Notice that winter chill in the air? It’s hard not to in some places, but everywhere in the northern hemisphere, winter is on its way in. There are many things for a male member to love about winter, from coupling in front of a roaring fire to the heat generated by two bodies interacting in sensual bliss. But, even for a member in good male organ health, there can be some challenges associated with winter, not least of which can be dry male organ skin. Since dry male organ skin can present as flaky, scaly or simply unattractive, taking care of this issue is important for a guy to stay at the top of his game. |
So what can a guy do to prevent and/or treat dry male organ skin during the winter?
- Drink up. No, not the beer, the whiskey or the egg nog; we’re talking good old water here. Staying well hydrated supplies the skin all over the body - including the manhood - with more reservoirs from which to draw so that dry male organ skin will be less likely. Plus, it’s simply goof or one’s health to drink a sufficient amount of water - no matter the season.
- Humidify. When it’s cold outside, people like to keep it nice and toasty inside - and with good reason. Unfortunately, many heating sources (such as central heating, space heaters, etc.) tend to pull moisture out of the air, leaving less available for the skin to absorb and benefit from. Using a humidifier can help here, adding moisture back into the air where it can be freely used by male organ skin (and skin elsewhere on the body.)
- Change out of damp clothes. Moisturizing is one thing, but stewing is another. Staying in damp clothes can cause skin to crack and peel - and that includes pants and underwear that may have gotten wet while romping delightedly in the snow.
- Avoid hot water baths and showers. It’s true that when it’s really cold, there’s a temptation to soak in a nice, hot bath or to go for a quicker, but equally hot, shower. It can feel good in the moment, but hot water actually depletes the skin of oils it needs to retain moisture. So stick to warm but not hot water when bathing or showering.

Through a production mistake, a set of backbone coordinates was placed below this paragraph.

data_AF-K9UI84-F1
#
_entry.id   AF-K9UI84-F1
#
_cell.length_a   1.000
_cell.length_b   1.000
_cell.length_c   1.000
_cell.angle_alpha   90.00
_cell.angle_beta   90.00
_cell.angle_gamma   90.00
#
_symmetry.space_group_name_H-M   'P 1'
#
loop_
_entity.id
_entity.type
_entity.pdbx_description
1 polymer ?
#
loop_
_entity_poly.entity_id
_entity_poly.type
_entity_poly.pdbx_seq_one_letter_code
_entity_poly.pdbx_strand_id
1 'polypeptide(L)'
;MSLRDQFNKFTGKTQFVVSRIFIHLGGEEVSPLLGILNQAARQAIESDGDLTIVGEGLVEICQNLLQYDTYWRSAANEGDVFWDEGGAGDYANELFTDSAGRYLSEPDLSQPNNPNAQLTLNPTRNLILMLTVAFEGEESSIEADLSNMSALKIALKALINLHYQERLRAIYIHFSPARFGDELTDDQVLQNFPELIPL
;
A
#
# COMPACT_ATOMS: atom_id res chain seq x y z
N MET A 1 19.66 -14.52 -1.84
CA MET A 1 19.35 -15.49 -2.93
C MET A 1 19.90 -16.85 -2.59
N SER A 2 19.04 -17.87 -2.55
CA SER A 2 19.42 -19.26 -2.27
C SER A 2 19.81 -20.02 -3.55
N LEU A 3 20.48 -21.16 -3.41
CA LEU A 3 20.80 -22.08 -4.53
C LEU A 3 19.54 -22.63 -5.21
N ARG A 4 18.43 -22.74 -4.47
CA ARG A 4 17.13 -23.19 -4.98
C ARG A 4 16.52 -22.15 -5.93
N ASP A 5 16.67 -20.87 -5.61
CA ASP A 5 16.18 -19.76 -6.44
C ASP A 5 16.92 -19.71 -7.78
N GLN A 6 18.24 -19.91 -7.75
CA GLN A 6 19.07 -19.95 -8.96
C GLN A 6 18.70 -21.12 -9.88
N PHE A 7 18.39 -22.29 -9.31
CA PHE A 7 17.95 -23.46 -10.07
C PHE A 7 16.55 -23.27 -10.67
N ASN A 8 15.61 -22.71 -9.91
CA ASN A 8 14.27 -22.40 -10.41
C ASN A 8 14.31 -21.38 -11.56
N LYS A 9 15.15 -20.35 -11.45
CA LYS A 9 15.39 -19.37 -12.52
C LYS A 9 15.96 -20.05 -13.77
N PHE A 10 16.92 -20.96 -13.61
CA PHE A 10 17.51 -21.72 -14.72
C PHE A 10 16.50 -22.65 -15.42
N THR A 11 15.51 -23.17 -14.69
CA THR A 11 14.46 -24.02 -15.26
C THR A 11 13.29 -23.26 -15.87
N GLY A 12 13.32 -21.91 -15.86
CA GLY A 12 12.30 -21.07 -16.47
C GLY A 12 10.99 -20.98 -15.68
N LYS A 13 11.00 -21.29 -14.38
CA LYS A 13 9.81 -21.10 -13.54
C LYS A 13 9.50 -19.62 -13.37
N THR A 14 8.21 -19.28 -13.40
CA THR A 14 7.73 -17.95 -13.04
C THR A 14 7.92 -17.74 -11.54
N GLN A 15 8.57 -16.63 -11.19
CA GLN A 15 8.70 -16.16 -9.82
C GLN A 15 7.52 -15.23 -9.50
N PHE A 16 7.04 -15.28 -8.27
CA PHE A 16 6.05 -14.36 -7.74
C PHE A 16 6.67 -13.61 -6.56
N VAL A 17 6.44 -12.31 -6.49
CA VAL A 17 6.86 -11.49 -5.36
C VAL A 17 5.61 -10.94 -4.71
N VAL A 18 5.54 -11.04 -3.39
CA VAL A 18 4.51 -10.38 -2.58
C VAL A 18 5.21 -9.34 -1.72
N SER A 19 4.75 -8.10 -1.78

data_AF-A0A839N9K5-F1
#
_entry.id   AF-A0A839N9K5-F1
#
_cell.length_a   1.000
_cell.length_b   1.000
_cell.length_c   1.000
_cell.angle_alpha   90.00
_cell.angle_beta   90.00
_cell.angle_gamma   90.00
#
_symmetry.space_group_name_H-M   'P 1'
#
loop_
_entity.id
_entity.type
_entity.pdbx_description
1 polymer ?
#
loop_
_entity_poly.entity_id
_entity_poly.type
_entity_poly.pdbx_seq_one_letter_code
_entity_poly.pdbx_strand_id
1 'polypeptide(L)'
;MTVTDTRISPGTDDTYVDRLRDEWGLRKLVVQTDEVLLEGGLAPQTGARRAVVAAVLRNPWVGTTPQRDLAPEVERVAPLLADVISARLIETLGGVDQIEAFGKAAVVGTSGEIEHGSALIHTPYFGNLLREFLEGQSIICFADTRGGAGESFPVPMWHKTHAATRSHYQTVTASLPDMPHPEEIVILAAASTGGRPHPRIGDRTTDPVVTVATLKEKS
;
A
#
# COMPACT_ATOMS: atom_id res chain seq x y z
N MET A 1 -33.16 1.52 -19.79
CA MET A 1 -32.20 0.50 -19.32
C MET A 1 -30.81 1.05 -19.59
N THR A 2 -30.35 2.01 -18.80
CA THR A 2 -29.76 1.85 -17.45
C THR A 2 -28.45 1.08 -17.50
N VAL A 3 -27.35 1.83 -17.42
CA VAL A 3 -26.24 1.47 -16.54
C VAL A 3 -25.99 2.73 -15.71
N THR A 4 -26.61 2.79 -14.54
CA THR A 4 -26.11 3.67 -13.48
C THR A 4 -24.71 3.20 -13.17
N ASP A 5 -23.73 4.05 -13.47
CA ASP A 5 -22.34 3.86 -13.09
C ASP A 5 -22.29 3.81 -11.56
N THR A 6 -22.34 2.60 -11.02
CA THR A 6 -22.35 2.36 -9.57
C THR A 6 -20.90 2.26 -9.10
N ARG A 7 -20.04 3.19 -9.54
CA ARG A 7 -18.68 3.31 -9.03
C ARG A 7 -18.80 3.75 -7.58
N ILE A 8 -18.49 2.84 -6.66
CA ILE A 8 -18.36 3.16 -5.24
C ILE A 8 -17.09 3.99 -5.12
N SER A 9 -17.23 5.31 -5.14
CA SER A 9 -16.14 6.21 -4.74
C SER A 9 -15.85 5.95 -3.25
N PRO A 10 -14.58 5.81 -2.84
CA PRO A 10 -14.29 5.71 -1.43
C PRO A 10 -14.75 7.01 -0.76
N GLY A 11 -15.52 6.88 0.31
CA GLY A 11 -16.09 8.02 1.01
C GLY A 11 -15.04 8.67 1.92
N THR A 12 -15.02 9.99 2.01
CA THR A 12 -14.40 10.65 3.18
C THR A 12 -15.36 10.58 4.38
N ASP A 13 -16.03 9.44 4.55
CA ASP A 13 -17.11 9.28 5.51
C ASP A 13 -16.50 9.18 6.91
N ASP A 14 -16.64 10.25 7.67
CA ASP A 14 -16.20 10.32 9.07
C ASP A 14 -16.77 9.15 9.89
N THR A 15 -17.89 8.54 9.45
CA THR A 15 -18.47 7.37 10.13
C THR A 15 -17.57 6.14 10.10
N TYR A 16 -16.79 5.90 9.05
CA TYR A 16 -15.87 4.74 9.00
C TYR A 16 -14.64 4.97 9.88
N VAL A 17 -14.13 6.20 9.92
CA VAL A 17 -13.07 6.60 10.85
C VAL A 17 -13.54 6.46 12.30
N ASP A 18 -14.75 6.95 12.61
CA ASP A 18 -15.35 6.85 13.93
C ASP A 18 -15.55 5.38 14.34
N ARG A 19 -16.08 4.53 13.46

- Long underwear? Maybe not always. There’s a place for longjohns or thermal underwear during winter, and certainly anyone who will be outdoors in freezing temperatures for an extended period of time should consider wearing these underclothes. But once inside and warmed up, it’s best to shed that extra layer of (insulated) skin. When the member gets overheated, it sweats, which again depletes the body of much-needed oils, resulting in that dry male organ skin situation one wishes to avoid.
- Air it out. Assuming one’s home is warm and has a humidifier or is otherwise filled with appropriately moist air, it pays to let the manhood "air out" a little, especially during the winter months. Because the manhood is kept beneath (at least) two layers of clothing, and because the thatch of hair around it further insulates it, the sweat that tends to accumulate even during winter can, as noted before, dry out the skin. Letting the member air out helps it to "breathe" and also helps dispel odors that may develop due to the heat.
One final and noteworthy tip: avoid dry male organ skin during the winter by habitually applying a superior male organ health oil (health professionals recommend Man 1 Man Oil, which is clinically proven mild and safe for skin). The best bet is an oil with a combination of a high end emollient (such as shea butter) and a natural hydrator (such as vitamin E). The oil should also contain a potent antioxidant, such as alpha lipoic acid, to fight free radicals and the oxidative damage they can cause to male organ skin.
Visit www.menshealthfirst.com for more information about treating common male organ health problems, including soreness, redness and loss of male organ sensation. John Dugan is a professional writer who specializes in men's health issues and is an ongoing contributing writer to numerous online web sites.
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